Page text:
- After a year of remote work, priorities have completely changed for employees and employers alike.
- 34% of workers moved during the pandemic, and half of them never plan to go back.
- Nearly half of millennial and Gen Z workers expect some form of remote or flexible work environment.
- These are the latest trends in post-pandemic work, according to PwC.
If you thought the pace of change and upheaval in the workforce was going to slow down in 2021, you thought wrong. Businesses are charging ahead with post-pandemic plans, but they’re doing so amid a serious shakeup of long-held attitudes and beliefs about what works best at work.
For organizations that want to foster high levels of employee productivity, engagement, and retention, it would be unwise to move forward without a close look at how workers’ attitudes and values have changed over the last year and a half.
A recent PwC survey of more than 1,500 US employees observed some key trends that will shape workplaces moving forward. Here are some significant findings to consider.
1. Relocation is on the rise
Remote work didn’t just unshackle workers from the office—in many cases, it unshackled them from their homes too. A sizable 34% of workers permanently or temporarily moved or are considering a change of address that would involve relocating more than 50 miles from the office, PwC found.
“Employers with headquarters and offices in major cities will need to decide if they will allow employees who relocate to work remotely on a permanent basis.”
There are many things driving these moves—better cost of living, proximity to family, escaping dense urban areas during the pandemic. While roughly half of those who moved or are considering moving say their relocation is temporary, the other half expect their change of address to be permanent. This means employers must reconsider how to accommodate workers who no longer live within daily commuting distances—or risk losing those employees.
2. Millennials and Gen Zs expect remote work
Attitudes surrounding remote work have changed—especially among younger employees. Even before the pandemic, remote work was growing as an added bonus to compensation packages. Now after a year of working from home, it’s become an expectation. Nearly half of Gen Z and millennial workers polled are so keen on the flexibility and other benefits of remote work that they’d give up a higher salary in return for the ability to work from anywhere.
Workers are willing to give up 10% of future earnings for remote work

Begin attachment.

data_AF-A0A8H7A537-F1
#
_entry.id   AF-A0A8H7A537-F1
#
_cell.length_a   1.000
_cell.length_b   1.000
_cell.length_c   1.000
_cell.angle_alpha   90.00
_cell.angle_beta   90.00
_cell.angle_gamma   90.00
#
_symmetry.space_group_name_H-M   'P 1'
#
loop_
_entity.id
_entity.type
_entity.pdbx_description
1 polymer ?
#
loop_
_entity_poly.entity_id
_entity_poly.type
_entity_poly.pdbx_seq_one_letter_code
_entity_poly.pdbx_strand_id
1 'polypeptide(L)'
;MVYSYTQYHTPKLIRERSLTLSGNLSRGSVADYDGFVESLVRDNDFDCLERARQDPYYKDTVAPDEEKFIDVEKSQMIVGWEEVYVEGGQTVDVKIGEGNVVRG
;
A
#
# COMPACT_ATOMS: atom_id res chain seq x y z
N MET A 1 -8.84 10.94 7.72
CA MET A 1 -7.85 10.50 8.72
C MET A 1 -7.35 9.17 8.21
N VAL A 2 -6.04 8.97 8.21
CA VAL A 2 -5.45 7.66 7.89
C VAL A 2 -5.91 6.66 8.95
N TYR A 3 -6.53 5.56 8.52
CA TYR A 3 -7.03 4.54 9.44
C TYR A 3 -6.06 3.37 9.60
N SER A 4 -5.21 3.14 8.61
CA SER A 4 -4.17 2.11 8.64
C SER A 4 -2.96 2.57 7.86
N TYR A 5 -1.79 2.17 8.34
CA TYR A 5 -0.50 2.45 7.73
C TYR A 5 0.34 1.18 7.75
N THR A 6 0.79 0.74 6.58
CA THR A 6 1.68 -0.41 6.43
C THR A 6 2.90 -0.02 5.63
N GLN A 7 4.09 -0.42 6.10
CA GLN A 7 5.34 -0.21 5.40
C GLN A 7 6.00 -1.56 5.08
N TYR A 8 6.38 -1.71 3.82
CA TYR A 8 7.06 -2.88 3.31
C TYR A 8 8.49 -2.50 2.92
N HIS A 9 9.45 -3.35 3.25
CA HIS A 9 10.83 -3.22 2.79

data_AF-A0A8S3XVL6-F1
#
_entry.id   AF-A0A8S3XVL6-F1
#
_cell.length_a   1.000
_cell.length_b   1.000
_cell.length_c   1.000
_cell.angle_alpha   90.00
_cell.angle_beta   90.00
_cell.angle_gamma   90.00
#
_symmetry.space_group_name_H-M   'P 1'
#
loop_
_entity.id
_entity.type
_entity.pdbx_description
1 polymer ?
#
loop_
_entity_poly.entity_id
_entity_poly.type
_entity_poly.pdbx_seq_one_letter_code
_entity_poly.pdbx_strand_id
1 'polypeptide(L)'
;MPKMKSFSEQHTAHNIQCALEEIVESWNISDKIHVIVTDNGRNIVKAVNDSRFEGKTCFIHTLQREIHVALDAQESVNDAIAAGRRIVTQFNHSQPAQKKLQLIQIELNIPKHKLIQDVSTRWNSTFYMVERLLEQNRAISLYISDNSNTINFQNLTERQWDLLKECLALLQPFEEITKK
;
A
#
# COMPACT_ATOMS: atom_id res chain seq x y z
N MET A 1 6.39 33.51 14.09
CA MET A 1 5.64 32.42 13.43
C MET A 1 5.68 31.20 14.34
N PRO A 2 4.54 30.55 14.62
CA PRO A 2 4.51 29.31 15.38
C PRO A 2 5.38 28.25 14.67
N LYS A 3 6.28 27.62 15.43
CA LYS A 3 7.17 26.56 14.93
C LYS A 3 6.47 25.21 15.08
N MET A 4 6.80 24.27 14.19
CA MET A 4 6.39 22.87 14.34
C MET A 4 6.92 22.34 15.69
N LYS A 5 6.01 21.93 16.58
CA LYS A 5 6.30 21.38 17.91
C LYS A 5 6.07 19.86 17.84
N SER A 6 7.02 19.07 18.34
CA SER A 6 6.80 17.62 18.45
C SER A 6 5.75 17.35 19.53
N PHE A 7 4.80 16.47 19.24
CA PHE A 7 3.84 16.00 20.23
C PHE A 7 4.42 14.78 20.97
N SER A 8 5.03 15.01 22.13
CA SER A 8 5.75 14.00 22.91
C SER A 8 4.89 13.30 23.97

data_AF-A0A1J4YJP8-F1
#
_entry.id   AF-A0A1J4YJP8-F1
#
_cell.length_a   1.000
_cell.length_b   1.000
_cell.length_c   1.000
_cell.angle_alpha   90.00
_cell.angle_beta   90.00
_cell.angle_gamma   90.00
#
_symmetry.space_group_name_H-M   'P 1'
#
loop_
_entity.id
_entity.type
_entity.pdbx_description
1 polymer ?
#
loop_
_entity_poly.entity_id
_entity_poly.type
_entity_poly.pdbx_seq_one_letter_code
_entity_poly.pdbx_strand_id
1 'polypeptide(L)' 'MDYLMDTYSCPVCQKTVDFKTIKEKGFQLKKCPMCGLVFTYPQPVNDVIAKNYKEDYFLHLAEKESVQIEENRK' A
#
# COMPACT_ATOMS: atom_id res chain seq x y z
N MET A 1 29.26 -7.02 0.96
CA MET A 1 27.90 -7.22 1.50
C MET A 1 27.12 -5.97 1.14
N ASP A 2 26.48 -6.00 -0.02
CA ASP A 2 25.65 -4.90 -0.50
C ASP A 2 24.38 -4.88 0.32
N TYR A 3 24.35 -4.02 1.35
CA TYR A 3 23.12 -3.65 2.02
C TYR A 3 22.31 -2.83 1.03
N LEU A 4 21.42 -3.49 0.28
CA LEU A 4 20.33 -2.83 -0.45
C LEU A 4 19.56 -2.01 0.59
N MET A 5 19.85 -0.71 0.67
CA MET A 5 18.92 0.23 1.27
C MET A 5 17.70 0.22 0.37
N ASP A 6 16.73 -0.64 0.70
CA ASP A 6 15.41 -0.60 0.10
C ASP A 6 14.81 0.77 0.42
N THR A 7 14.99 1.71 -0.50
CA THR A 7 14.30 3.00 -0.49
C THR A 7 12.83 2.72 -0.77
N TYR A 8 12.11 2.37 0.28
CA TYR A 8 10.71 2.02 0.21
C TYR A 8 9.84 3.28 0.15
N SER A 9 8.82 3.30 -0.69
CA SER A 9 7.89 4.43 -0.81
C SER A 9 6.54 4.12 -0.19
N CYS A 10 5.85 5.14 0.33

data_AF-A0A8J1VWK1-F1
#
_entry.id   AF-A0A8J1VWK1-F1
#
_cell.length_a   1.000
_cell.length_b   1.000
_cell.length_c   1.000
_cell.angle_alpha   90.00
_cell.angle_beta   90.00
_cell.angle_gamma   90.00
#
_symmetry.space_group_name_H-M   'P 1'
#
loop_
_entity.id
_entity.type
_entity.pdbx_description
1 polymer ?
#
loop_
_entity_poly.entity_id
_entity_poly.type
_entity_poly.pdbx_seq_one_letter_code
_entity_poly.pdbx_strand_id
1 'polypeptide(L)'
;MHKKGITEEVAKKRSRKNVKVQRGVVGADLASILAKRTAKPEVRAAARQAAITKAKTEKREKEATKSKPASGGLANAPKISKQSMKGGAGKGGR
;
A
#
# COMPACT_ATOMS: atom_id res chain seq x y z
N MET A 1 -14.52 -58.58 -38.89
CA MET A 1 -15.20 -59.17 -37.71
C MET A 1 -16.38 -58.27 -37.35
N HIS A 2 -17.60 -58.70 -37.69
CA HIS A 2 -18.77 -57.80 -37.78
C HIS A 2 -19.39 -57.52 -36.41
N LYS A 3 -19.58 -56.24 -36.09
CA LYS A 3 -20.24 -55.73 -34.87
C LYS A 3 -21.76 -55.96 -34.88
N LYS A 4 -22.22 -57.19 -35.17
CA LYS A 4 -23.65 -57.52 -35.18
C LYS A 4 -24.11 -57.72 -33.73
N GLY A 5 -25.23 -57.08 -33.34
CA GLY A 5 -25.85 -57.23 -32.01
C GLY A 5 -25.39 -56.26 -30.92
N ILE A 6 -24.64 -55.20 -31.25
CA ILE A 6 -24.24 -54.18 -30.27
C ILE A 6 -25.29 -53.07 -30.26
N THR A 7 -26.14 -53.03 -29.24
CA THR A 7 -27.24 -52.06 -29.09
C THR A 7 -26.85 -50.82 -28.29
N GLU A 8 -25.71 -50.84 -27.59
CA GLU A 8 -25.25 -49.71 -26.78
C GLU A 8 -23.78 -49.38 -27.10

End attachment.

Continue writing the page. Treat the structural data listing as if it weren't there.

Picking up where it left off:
of Gen Z (ages 18–24)
of millennials (ages 24–40)
of Gen X (ages 41–56)
This underscores the idea that employees increasingly expect to be able to work remotely—and that companies that don’t allow some flexibility in this respect may face a harder time bringing on or keeping younger talent.
3. Workers value time over money
Once upon a time, a big paycheck might have been sufficient motivation for workers to slave away around the clock. But that’s no longer the case. Whether it’s a case of shifting generation values, individual re-evaluation of people’s lives in the face of a global health crisis, or other factors at play, worker values have shifted significantly.
Across age groups, 44% of workers said they would be willing to forgo a 10–20% pay raise in return for unlimited vacation time. Workers also voiced a high preference for other intangible benefits that add greater meaning to their work and personal lives.
Roughly a third of respondents said they would accept smaller pay increases in return for more training opportunities at work, paid time off to perform volunteering activities in their communities, or extensive mental health benefits. Younger workers, in particular, expressed a high desire for these non-monetary benefits.
4. More employees value problem solving over technical skills
What does it take to succeed in today’s workplaces? A growing number of workers are focused on soft skills that can improve their versatility and ability to work with others over more specific technical skills.
Thirty-two percent of workers who participated in the PwC survey cited problem-solving skills as most critical to their future career paths, followed by the ability to learn new skills and apply them quickly (31%), adaptability (27%), critical thinking (24%), and creativity and innovation (22%).
Given the high number of respondents who placed a value on training opportunities over salary increases in the previous section, these answers provide something of a roadmap for potential upskilling programs within the workplace. They also provide strong clues about the types of agile, collaborative workplaces employees are eyeing for the long term.
Originally published Aug 12, 2021, updated Aug 23, 2021